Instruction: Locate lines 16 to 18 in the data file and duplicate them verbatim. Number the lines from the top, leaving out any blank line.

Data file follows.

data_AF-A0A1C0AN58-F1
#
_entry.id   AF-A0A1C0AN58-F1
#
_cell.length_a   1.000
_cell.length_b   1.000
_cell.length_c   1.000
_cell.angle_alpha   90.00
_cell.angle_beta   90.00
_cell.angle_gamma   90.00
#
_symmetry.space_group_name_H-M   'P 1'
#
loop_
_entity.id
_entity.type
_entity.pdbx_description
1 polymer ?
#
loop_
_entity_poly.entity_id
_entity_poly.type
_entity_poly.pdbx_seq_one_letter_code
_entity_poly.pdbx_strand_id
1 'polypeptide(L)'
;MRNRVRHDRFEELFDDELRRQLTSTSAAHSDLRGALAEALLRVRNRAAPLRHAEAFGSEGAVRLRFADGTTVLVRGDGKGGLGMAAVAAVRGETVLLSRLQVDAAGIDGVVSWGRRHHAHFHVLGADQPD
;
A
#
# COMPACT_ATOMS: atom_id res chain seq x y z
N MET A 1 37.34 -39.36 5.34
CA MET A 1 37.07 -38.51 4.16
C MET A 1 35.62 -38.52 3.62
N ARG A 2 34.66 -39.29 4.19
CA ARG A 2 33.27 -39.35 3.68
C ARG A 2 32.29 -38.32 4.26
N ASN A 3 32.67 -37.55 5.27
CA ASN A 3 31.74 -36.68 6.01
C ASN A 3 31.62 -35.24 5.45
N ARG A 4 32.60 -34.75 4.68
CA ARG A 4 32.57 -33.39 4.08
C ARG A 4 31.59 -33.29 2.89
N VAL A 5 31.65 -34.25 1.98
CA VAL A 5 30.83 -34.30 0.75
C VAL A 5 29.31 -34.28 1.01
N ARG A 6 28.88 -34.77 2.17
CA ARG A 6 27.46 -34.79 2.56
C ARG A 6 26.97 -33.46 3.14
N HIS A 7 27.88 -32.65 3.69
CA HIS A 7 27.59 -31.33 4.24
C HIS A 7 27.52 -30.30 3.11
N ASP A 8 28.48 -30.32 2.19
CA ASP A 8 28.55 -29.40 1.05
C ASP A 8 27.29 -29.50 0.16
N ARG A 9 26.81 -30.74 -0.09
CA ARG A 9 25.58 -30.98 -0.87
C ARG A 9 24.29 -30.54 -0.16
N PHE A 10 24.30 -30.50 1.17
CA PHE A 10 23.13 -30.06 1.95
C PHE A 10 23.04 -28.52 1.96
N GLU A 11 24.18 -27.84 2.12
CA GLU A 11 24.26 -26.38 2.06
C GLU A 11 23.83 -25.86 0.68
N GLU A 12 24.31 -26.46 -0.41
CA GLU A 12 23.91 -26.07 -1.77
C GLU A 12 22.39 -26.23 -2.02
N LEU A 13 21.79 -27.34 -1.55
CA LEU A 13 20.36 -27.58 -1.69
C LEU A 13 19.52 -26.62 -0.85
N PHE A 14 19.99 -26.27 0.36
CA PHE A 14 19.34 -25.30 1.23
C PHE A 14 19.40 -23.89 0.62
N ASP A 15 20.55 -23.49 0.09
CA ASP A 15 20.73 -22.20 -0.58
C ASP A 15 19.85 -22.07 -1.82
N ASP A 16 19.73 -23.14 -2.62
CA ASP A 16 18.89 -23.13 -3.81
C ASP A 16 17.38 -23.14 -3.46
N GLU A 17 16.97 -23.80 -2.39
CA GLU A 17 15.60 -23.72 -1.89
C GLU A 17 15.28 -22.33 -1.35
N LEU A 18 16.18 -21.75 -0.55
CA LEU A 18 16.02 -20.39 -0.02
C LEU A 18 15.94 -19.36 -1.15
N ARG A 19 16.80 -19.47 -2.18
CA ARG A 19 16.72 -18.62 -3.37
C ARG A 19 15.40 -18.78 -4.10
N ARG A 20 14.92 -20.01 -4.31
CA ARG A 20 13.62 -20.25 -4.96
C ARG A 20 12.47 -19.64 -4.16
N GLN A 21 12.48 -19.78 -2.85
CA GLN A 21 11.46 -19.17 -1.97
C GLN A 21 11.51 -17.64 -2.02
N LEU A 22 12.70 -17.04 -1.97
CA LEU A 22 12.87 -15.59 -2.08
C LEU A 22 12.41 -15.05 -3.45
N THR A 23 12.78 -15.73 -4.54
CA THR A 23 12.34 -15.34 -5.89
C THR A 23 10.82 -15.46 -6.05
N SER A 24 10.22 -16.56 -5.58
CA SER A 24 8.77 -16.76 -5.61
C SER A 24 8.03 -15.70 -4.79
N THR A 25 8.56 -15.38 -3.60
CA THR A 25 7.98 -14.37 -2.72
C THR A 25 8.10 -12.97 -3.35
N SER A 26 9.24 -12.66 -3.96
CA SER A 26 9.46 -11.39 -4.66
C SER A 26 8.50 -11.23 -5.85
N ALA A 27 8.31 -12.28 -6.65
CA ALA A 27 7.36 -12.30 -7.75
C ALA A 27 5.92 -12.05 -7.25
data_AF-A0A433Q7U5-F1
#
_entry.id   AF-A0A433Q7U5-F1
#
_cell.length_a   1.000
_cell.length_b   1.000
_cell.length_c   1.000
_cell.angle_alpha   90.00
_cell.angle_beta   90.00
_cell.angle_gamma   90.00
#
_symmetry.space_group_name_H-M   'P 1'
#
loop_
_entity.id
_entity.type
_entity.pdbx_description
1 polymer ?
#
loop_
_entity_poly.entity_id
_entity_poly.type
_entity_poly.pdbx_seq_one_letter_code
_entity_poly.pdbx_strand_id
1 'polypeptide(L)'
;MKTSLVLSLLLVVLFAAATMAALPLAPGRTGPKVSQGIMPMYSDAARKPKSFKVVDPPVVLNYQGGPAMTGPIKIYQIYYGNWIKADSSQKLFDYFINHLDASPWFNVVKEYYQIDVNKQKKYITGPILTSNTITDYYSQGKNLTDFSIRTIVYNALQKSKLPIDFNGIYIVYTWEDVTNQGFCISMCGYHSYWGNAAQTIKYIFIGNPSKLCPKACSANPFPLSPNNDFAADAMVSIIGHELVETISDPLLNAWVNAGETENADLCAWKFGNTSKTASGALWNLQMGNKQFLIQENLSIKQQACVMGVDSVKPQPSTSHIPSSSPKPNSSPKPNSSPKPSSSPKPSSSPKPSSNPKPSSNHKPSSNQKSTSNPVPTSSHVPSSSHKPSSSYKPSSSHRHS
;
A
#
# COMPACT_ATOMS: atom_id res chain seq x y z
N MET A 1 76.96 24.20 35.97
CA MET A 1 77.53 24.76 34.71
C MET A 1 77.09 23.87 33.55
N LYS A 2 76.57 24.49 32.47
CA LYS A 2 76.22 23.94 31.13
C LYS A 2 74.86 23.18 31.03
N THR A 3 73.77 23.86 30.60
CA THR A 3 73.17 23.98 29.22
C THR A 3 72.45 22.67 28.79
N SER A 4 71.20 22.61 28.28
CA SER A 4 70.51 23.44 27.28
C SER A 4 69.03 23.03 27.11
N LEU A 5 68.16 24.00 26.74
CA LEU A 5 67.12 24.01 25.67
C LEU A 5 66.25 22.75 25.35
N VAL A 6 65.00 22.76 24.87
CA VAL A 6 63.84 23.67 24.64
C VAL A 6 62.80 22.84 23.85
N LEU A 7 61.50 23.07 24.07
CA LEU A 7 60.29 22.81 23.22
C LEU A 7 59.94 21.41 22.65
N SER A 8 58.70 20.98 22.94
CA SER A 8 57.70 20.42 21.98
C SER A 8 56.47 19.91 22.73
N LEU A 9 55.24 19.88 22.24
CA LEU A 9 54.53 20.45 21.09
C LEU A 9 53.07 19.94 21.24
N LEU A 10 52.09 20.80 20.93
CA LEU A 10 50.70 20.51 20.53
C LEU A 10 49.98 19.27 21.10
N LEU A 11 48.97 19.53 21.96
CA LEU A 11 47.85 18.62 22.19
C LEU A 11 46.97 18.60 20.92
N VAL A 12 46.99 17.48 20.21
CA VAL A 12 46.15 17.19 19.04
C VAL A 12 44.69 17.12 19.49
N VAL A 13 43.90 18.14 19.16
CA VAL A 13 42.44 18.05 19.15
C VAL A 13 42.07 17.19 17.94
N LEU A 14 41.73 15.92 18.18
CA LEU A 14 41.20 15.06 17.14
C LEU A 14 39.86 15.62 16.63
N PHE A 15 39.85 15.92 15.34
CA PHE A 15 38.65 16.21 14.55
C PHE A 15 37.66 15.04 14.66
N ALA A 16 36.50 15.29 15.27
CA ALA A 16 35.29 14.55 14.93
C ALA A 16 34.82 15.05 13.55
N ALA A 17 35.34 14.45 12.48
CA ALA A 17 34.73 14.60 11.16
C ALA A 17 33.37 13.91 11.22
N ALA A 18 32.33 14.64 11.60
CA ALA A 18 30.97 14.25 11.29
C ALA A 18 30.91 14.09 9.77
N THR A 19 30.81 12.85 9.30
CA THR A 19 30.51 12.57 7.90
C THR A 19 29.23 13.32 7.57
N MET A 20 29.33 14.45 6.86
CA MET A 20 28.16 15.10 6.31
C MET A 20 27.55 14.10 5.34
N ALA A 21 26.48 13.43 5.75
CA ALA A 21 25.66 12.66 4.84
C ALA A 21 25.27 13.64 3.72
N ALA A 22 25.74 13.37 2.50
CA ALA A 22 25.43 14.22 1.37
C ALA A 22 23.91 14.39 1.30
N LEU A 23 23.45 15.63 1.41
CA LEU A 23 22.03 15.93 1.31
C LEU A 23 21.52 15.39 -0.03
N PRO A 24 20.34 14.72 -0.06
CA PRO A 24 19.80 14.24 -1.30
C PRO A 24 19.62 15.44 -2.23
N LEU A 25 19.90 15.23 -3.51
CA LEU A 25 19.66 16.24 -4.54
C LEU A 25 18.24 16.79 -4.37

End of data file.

_entity.type
_entity.pdbx_description
1 polymer ?